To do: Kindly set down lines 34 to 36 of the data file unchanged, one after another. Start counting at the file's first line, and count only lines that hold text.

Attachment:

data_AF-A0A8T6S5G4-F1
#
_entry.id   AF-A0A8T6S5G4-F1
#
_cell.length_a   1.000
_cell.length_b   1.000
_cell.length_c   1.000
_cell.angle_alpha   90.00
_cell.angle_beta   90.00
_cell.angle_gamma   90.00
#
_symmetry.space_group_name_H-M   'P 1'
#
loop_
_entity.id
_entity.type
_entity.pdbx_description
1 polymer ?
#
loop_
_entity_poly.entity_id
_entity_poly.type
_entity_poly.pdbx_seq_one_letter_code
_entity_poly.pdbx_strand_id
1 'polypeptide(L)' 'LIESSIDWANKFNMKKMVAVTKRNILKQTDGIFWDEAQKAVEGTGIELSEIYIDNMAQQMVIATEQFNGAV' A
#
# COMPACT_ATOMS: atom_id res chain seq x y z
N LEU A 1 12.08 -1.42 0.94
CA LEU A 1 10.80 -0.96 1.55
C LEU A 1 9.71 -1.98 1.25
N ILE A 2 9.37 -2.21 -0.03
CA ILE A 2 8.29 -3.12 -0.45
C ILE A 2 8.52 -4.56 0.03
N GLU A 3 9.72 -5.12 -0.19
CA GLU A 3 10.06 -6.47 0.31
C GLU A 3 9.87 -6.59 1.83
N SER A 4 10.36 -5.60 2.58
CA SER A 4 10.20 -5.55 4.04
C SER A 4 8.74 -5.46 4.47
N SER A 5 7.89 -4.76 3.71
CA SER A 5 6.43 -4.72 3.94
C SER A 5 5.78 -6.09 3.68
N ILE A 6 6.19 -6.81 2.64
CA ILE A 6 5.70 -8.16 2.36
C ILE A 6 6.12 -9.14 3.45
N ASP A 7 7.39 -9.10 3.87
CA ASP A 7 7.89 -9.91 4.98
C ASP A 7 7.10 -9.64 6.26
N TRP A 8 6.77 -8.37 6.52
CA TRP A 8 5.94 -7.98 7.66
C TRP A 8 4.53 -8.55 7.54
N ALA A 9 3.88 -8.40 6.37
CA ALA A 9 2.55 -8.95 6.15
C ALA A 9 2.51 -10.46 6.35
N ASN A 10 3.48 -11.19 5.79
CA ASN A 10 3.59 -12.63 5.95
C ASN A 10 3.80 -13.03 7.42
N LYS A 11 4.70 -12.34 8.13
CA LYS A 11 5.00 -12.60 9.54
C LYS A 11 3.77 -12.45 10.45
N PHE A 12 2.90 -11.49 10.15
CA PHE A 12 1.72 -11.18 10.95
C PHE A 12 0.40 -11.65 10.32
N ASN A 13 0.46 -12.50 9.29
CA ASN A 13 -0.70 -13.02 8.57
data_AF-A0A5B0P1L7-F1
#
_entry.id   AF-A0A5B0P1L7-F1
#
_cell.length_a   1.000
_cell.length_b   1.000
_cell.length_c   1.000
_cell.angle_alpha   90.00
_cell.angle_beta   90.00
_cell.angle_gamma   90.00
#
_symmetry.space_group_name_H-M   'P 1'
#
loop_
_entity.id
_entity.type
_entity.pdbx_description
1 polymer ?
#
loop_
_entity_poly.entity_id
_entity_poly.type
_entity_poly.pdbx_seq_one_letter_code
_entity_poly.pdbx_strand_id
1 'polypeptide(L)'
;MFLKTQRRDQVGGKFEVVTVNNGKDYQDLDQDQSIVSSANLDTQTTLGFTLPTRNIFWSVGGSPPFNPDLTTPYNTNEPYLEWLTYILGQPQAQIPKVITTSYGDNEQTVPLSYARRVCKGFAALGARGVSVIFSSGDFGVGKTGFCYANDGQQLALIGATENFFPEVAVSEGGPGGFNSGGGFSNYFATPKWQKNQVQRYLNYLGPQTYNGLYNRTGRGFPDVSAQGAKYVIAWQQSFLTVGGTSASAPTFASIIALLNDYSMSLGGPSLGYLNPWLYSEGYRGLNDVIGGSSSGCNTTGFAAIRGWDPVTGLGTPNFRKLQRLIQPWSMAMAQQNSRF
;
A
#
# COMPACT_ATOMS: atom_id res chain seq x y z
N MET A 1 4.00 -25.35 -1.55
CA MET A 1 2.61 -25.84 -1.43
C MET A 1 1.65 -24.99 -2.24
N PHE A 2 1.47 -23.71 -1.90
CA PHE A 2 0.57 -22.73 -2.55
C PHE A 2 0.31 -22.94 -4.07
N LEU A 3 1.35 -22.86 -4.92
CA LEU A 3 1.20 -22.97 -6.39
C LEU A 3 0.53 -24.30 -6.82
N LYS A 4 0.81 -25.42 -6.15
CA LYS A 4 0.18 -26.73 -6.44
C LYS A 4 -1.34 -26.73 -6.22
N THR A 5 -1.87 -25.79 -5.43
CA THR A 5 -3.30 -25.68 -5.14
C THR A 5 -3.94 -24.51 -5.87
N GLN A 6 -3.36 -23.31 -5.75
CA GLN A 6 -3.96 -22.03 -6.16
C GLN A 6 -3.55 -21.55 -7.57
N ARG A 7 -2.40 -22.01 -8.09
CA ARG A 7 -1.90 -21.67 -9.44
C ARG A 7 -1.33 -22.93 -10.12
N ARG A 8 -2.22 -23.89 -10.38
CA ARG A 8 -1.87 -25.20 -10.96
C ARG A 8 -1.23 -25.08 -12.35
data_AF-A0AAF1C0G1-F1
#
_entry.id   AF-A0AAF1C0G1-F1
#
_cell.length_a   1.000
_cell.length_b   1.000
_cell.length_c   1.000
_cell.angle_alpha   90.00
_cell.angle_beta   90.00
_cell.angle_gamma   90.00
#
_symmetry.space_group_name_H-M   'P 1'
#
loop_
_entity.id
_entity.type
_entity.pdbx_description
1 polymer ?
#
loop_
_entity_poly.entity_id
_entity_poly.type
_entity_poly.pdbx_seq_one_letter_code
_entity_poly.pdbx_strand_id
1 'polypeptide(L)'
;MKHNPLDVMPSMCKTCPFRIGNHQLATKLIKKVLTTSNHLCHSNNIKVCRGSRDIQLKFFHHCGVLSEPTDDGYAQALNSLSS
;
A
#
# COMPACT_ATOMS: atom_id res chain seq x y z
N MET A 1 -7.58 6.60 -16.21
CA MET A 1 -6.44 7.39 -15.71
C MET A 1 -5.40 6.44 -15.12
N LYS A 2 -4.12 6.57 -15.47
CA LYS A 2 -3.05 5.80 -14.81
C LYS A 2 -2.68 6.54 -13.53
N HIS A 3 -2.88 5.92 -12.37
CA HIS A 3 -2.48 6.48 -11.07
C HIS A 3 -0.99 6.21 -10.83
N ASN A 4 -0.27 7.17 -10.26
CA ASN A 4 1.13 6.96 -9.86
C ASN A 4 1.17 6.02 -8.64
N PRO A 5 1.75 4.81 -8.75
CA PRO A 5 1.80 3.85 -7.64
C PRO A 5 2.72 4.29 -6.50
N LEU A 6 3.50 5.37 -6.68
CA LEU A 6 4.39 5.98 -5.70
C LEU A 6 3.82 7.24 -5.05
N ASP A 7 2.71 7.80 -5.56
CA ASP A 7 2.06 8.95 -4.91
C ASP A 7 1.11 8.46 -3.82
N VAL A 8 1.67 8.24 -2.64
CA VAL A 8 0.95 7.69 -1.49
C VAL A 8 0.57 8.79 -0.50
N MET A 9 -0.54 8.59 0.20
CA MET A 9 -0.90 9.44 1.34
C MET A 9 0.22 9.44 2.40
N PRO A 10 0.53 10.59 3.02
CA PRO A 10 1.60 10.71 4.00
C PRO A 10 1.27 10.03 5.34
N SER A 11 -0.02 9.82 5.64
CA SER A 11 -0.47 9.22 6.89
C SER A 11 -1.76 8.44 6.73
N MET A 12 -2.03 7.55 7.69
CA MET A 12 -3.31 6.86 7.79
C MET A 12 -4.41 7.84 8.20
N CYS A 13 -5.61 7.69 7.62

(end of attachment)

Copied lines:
N GLU A 3 9.72 -5.12 -0.19
CA GLU A 3 10.06 -6.47 0.31
C GLU A 3 9.87 -6.59 1.83